“Yes it’s your destiny. My destiny was to inspire you, and my death was meant to be the catalyst to spur yours into action. Joe, you are meant for something more than retiring to Mexico. God chose you because once you put your mind to something, you succeed beyond even your own expectations.”

“When you died in that accident, it was your choice? What kind of God do you have?”

“Listen Joe. Before we are arrive into an earthly body, we agreed to achieve a goal. This was mine, and it was my choosing to die in this way. Don’t worry, I didn’t feel a thing.”

“We? I chose this?” We’re atheists, so why would I be in his Heaven?

“In this lifetime, you chose this family situation. We’re comrades Joe. Once you believe again in all your heart, ask Christ to accept you. Tell the Almighty Father you want him in your life. Then, once it’s your time and you’ve completed your mission, we might see each other again.”

I can’t help it but I stare in disbelief. “You know this is hard to accept. How do I know this conversation isn’t a delusional hysteria I’m having?”

“You don’t. Have I ever lied to you Joe?”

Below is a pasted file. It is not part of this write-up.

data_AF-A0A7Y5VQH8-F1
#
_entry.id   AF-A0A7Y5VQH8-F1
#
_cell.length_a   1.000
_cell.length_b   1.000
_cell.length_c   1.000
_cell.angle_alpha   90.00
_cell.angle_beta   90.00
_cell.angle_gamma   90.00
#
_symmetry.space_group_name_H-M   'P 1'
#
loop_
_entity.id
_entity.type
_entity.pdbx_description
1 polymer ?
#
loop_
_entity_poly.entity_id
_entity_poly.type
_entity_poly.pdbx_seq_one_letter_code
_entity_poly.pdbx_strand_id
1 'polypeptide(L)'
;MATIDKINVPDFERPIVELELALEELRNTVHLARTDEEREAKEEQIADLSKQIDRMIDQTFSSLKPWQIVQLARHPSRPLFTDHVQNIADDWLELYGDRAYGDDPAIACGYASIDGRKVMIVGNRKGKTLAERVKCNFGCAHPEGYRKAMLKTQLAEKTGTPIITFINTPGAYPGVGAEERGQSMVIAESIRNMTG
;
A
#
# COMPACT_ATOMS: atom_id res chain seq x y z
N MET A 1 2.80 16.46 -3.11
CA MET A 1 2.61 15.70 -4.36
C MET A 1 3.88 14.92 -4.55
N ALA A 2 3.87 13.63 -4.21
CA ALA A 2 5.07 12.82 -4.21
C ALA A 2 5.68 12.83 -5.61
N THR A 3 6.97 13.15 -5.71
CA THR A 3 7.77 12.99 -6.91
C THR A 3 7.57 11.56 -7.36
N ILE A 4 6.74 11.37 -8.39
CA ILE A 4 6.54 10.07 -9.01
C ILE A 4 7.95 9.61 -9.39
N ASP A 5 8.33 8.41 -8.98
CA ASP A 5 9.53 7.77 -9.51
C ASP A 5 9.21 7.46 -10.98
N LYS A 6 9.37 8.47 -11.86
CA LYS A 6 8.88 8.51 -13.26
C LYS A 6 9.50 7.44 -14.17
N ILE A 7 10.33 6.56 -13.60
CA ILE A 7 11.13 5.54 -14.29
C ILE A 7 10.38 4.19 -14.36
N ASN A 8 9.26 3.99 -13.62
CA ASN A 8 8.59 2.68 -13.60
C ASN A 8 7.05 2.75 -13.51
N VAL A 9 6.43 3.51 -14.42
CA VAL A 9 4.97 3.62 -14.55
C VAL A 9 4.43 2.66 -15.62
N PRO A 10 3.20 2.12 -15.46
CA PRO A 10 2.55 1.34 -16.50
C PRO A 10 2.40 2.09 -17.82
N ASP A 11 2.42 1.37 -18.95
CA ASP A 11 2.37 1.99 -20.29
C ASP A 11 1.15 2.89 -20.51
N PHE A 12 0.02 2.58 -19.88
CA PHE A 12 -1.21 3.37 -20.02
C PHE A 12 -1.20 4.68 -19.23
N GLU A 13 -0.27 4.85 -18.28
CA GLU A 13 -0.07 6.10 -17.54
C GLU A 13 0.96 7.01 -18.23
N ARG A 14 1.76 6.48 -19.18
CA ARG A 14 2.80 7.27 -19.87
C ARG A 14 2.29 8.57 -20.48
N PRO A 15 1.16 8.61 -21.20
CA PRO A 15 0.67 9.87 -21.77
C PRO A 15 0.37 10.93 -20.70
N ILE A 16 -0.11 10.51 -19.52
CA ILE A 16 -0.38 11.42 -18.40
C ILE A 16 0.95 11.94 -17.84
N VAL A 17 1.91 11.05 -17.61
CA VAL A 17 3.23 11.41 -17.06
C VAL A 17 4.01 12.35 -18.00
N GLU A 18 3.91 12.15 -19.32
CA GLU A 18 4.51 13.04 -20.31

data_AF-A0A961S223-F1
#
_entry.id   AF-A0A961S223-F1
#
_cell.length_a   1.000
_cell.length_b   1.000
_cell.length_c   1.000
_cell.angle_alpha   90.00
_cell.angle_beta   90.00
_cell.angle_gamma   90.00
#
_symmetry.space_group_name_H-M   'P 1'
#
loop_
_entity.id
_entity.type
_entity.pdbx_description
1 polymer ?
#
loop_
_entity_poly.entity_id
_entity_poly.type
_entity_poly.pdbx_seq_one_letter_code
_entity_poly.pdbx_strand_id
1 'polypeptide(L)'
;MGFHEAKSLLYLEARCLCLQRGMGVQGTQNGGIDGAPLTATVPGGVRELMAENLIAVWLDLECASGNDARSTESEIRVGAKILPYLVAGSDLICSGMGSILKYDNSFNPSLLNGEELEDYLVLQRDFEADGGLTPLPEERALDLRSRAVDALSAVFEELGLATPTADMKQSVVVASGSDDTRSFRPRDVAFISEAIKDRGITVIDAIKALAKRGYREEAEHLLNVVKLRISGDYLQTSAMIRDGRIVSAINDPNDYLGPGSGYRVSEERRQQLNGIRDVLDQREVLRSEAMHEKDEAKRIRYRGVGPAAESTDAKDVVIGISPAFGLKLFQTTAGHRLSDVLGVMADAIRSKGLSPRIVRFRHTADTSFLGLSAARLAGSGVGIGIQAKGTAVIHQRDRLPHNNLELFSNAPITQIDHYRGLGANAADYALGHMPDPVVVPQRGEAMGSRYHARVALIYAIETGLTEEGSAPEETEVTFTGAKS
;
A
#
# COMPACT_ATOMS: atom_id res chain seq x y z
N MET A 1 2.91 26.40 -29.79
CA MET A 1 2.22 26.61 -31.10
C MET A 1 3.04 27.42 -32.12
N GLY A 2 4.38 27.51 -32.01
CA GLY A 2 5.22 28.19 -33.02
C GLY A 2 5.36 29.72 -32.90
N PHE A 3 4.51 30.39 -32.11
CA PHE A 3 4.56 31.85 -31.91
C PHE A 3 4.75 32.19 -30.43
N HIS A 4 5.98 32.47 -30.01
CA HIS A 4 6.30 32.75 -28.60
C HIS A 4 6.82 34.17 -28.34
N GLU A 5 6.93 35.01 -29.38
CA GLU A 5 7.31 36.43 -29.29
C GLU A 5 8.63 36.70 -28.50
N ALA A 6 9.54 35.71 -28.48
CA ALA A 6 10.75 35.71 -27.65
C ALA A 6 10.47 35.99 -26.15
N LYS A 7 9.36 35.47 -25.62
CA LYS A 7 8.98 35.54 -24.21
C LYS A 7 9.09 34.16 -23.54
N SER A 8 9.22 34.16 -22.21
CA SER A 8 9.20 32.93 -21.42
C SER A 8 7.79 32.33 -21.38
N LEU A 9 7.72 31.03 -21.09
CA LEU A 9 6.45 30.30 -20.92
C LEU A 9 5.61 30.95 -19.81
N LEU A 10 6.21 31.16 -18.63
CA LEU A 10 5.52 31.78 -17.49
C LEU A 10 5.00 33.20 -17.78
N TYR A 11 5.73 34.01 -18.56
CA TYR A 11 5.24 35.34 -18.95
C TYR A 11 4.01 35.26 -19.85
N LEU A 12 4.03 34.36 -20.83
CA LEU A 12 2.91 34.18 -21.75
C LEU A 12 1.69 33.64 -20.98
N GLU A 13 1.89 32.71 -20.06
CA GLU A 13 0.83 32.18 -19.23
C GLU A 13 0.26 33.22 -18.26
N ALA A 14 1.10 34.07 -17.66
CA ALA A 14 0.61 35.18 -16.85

“Nnnnoooo…. no you haven’t.”

“That’s right. And I wouldn’t start now. Do it Joe. Do it not only for Him, but you. And me.”

“What if I don’t want to?”

“I can’t force you, like say something like, I saved your life and you owe me.”

“Let me think about it okay?”

“You have the remaining few days to think about it. If  you agree just tell the Almighty Father you agree and the rest will take care of itself.”

I watch him begin to fade. “Chuck! Will I see you again?”

“If you play your cards right, I’ll see you on the other side buddy.”

With that he fades back into nothingness.

I mull it over and make my choice. My planned out life curtailed and before me sat a blank slate. I believe Chuck paid me a visit. Whether or not he knows it, he did guilt me into at least trying.

Five years have passed now. I skipped college to spend my time traveling around the country taking small jobs here and there in exchange for food and board. The one thing I’ve learned on my journeys is that you can’t force someone to learn or change if they don’t want to. Some souls may be lost despite how hard I tried. Maybe someday they’ll change, maybe they won’t. I have enlightened a lot and I realize Chuck was right. I exceeded way beyond my expectations.

When I meet someone for the first time and they ask, “Who are you?”

I reply, “Not your average Joe.”


One thought on “Not Your Average Joe